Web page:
Hawkshead Grammar School is in the centre of the village and it’s main claim to fame is that it was here that William Wordsworth went to school
The school was founded in 1585 and the original students would have had a limited education principally being taught Latin and Greek with a smattering of ancient history, arithmetic and geometry to prepare them for work or University.
Today it’s been restored as a museum and is a Grade II listed building. On the ground floor a classroom has been reconstructed as in Wordsworth’s time. Upstairs is the headmaster’s study and an exhibition telling the history of the school, the founder and, (surprise surprise!) Wordsworth.
Visitrs are given an informal introductory talk by the duty member of staff and are then free to look round on their own. However, the member of staff was very approachable and keen to tell us about the school, what it was like to be a student there in the 16th Century and Wordsworth’s time as a scholar there. He had some fascinating stories to tell and wasn’t shy about outlining his own theories.
School students have always carved their names and initials into their desks and chairs, and it wasn’t different in Wordsworth’s time, although wheras today school students would be in trouble if caught doing that it appears that the practice was tolerated when Wordsworth was there.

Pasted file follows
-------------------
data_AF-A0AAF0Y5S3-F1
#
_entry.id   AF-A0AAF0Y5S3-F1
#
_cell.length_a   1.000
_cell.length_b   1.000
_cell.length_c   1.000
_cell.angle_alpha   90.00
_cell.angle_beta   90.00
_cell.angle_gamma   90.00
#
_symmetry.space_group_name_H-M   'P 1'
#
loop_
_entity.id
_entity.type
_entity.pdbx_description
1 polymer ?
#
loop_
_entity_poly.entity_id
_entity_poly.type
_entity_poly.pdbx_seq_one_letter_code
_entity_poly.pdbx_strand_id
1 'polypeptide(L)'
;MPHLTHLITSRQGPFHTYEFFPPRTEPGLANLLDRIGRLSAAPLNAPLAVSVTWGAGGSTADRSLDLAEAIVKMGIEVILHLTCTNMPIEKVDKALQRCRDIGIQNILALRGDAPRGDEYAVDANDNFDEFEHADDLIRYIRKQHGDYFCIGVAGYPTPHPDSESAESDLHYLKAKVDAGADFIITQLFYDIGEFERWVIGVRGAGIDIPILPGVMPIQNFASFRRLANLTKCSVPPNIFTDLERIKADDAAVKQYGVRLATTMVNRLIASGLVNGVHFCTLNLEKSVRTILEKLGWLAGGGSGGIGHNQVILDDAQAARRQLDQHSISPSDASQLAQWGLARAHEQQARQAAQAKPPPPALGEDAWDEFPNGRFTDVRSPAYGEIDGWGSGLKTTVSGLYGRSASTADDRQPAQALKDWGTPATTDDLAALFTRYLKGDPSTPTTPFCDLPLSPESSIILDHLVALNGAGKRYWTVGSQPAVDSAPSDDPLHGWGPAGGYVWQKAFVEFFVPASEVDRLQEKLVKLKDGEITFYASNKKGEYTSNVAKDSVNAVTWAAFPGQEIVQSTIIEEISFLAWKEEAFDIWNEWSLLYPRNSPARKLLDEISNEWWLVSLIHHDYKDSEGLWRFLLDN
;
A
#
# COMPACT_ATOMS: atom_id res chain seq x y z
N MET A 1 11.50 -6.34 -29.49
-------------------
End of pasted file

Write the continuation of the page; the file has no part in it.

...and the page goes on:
The museum highlight the name W Wordsworth carved into the top of one desk and have protected it with a glass panel.
However, it does seem rather convenient. The staff member had his own theory. He thought that the name had been carved by Wordsworth – but William’s brother John who was also a student there. He thought that the J (which at the time would have been written more like an I) had been modified to become a “W”. I have say that looking closely at the “W” he has a point.
He also said he thought William had made his mark, though and pointed out the initials “W W” carved into a different desk near to another name – “J Bird” (the “J” looks like an “I”) who was a close friend of William. His theory certainly sounded credible.
The building has been beautifully restored and the it made an interesting visit, enhanced by the tales told by the staff member. And entry is very modest – only £2-50.